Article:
This is the deck I’m most excited to try Aria of Flame in. I’ve never liked Crackling Drake, and almost every creature you can play in that slot works poorly with Thing in the Ice. I’ve tried Pteramander, Bedlam Reveler, Young Pyromancer, and a few others, but nothing really stood out until Pyromancer Ascension started seeing a huge uptick in play. And while I do think Pyromancer Ascension is a fine addition to the archetype, it is often clunky and unreliable.

Aria of Flame rewards you for just playing Magic. Like Thing in the Ice and Arclight Phoenix, Aria of Flame gets better and better from you just casting your instants and sorceries. It rewards you for filling your deck with Sleight of Hand and other hand-sculpting cards, and doesn’t get bounced by Thing in the Ice. What more could you ask for?

The only downside is that it gives your opponent ten life. In a pinch, when your opponent is low on life already, Aria of Flame won’t be all that good. But if you cast it early, it will slowly remove your opponent from existence, while also giving you a little bit of a backup plan against an opposing planeswalker. And with Narset, Parter of Veils seeing a bit of an uptick in play, it’ll be more important than ever to be able to handle those pesky planeswalkers.

A few months back, I tried a version of Izzet Phoenix with a few copies of Finale of Promise, under the impression that it was absolutely busted in the archetype. Turns out that Finale of Promise is just fine, but it might end up being insanely good when you start pairing it with Aria of Flame. Casting three spells all in a single card can have some dramatic effects with Aria of Flame, often combo-killing your opponent from a significantly high life total.

Finale of Promise is also just an easy way to generate virtual and actual card advantage in Modern, which is not something you see too often. For three mana, you usually get a Lightning Bolt and a card draw spell, but the really degenerate turns come when you hit Manamorphose and another draw spell, generating two mana and continually triggering the Aria of Flame. In these cases, Aria of Flame will start to let Izzet Phoenix really feel like a combo deck, efficiently attacking from multiple angles while still keeping your opponent’s creatures in check. Sound familiar?

I’m hesitant to call this the new Splinter Twin, but Aria of Flame adds some real combo potential for a very small investment. It also incentivizes you to play more removal, as you want to prolong the game for Aria of Flame to eventually kill your opponent. Upping the chain on Aria of Flame while killing your opponent’s creature just feels dirty, but it’ll happen quite often over the next few months.

A potential sideboard card from Modern Horizons, Rebuild is an old-school answer to artifact decks. It might be worse than Abrade or Shatterstorm out of the sideboard, but I wanted to include it because it might end up being extremely good.

I’ve never liked Sulfur Falls in Izzet Phoenix because it feels so bad to draw it as your only land in your opening hand, or drawing it alongside Spirebluff Canal. I’m a huge fan of these lands, and if we’re cutting Crackling Drake, then we can afford to sacrifice some of our lands as the game progresses. However, we don’t want to take too much damage, so I’ve split the difference and we’re just playing one.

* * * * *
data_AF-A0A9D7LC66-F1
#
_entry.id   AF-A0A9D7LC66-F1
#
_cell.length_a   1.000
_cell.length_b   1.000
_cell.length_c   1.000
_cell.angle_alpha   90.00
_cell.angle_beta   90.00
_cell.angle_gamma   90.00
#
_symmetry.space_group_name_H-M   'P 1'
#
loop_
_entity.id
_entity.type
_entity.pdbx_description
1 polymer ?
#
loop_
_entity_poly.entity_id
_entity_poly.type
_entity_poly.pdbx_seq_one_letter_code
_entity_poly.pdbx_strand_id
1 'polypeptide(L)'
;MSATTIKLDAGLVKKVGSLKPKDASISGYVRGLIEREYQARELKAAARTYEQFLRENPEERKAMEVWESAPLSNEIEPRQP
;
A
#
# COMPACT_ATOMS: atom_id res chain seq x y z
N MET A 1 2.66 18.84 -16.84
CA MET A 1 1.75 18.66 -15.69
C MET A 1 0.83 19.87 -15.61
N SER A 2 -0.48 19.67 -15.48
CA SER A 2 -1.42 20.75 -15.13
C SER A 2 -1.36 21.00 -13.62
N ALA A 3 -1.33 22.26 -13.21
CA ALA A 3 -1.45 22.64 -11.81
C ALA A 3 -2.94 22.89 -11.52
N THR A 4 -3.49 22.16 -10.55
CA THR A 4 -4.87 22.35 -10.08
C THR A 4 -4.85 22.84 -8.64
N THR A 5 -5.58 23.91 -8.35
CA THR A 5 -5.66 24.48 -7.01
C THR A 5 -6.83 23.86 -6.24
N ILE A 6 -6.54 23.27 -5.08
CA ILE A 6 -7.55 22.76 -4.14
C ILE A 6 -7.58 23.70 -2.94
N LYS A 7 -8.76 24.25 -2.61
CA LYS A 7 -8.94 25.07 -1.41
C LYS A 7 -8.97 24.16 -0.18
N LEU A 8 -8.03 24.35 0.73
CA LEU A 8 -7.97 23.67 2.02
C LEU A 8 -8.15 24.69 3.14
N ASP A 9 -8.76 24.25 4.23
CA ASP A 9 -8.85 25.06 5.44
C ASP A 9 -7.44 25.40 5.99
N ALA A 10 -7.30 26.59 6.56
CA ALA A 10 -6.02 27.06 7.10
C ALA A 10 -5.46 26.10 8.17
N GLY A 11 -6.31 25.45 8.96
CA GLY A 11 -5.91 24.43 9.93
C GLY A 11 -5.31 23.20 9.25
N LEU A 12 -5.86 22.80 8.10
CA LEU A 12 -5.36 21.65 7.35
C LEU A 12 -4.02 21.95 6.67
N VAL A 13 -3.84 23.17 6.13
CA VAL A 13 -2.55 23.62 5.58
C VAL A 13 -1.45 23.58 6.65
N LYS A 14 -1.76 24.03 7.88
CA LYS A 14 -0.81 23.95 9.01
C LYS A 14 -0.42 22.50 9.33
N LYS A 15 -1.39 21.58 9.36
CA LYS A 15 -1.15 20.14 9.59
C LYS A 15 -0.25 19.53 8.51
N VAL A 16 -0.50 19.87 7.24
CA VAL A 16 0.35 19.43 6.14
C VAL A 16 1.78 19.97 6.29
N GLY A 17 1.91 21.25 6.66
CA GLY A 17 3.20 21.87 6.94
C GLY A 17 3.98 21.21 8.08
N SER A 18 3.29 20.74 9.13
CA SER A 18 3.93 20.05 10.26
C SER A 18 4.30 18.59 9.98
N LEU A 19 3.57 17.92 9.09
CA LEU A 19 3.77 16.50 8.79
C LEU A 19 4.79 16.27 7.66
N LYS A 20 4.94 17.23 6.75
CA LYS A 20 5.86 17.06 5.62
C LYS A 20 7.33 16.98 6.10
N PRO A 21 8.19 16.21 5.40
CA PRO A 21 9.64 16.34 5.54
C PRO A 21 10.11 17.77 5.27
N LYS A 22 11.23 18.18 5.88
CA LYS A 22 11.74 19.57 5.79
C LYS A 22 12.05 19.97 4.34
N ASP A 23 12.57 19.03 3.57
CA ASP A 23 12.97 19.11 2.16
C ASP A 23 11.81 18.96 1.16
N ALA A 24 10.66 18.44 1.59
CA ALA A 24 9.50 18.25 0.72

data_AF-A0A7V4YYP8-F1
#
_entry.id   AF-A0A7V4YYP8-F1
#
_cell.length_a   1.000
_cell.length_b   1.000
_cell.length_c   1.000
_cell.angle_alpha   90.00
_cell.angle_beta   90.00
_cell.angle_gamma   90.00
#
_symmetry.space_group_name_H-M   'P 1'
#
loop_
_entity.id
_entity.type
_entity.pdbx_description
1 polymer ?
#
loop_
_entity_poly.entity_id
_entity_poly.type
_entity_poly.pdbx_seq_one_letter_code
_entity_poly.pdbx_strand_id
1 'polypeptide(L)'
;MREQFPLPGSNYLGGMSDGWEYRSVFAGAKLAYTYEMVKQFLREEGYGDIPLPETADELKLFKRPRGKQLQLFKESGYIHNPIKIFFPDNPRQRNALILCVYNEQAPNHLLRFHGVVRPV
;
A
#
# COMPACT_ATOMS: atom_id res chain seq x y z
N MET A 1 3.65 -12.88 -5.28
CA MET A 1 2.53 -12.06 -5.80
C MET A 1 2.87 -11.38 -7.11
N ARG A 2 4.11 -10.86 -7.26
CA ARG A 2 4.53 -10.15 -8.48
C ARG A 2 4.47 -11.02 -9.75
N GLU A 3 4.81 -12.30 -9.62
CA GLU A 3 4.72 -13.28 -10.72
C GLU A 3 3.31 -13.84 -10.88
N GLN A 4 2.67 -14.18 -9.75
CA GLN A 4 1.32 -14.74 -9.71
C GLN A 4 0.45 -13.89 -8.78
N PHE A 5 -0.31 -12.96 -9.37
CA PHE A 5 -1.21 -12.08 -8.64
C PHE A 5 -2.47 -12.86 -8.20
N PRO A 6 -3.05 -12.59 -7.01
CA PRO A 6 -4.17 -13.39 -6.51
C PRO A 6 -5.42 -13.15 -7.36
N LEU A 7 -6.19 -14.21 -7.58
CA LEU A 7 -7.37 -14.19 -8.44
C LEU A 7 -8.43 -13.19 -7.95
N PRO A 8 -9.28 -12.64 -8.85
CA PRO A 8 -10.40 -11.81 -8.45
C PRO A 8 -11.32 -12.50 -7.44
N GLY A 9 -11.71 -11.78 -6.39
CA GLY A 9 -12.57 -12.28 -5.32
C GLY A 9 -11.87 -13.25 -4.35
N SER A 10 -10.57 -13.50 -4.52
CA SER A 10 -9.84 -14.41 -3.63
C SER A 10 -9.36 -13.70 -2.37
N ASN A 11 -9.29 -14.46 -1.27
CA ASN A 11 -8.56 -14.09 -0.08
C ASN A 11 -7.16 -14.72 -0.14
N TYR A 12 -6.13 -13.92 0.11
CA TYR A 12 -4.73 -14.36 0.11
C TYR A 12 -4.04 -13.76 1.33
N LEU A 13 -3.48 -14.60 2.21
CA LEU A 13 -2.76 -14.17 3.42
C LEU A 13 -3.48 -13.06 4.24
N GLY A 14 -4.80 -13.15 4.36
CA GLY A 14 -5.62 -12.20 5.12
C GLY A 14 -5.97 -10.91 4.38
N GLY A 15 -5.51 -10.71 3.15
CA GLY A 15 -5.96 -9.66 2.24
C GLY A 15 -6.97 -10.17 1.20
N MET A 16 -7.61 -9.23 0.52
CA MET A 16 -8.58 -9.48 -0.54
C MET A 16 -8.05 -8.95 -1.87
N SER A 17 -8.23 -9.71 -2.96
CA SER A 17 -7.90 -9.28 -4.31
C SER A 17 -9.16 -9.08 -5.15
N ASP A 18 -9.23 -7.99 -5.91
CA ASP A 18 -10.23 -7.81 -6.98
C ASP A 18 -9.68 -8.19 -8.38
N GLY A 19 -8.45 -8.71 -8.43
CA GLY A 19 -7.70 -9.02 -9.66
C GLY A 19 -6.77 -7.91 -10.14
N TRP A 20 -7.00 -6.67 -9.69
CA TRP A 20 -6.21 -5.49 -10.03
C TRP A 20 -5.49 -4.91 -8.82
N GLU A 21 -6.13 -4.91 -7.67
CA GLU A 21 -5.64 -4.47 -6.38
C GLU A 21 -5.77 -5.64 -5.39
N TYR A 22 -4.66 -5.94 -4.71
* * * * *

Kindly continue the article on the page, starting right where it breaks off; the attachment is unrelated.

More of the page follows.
Out of the sideboard, Force of Negation is one of the best cards you could ask for against opposing combo decks. Izzet Phoenix is traditionally weak to all-in combo decks and Force of Negation is a perfect fit.

Izzet Phoenix also regularly wants to tap out on its own turn, which means Dispel and Spell Pierce are often awkward pieces of interaction. You use all your mana nearly every single turn, so it only makes sense that you’d want some sort of free interaction. I love the idea of Force of Negation out of the sideboard here, and I’m looking forward to trying it out as soon as possible.

A Storm Is Brewing

But what about Storm? Does Aria of Flame have a place? Is it better than the Gifts Ungiven builds that we’re used to seeing? I don’t know for sure, but I think that Aria of Flame is significantly better in a deck that likes to interact with the opponent. The problem with Aria of Flame in a true Storm combo deck is that storm cards are cast after the Ritual effects. Here, we need to cast Aria of Flame before we cast anything else.

In actuality, Aria of Flame takes less “storm” to kill the opponent than Tendrils of Agony. But like the Burn decks that already exist in Modern, you don’t need to cast all eight spells in a single turn. You can space it out a bit. That’s why spot removal is actually pretty good here, and why I prefer it in something like Izzet Phoenix instead of a true Storm deck.

With that said, there’s a good chance we should build a Storm-adjacent deck around Aria of Flame, if only to see just how good it can be. I’ve already found Ritual effects to be very good with Aria of Flame out of Mono-Red Phoenix, so let’s see how far we can take a Storm-style strategy that doesn’t actually play any cards with storm! Maybe Aria Storm will be the new Affinity, in that it relies on a similar concept but no longer utilizes the mechanic in question.

As you can see, we have a lot of the same elements as the current Storm deck, but we don’t have to do it all in one shot. Instead, we’re playing a bit of filtering with Faithless Looting, as well as a good bit of creature interaction like Lightning Bolt and Flame Slash. Finale of Promise on the top end is also pretty nuts with Aria of Flame, as well as generating some much-needed actual card advantage.

The one thing I always disliked about older Storm decks is that you had to have one big turn. Often, that would put the pressure on your opponent to hit you with a bunch of disruption. And if they did have the right disruption, there wasn’t much you could do. Here, we’re focusing on building around Aria of Flame, which is technically more vulnerable than “casting a bunch of instants and sorceries,” but you have the sideboard plan involving the Pyromancers to give you a bit of flexibility. The “right” build is likely some hybrid that uses creature-based threats as well as Aria of Flame, giving you that two-pronged attack that we talked about earlier.


Of the three decks I’ve presented, I’m a big fan of the Izzet Phoenix deck, if only because it’s tried and true. Aria of Flame seems to fit naturally into the shell and gives you a great alternate angle of attack. I love the card, and I hope you end up loving it too.

If you’re reading this on Thursday morning, make sure to tune in to VS Live! later today where I try out Izzet Phoenix utilizing Aria of Flame to see just how good it is! Plus, we have a special guest in town hanging out, so if you like that Gerry Thompson fellow, make sure you’re there at 1pm ET.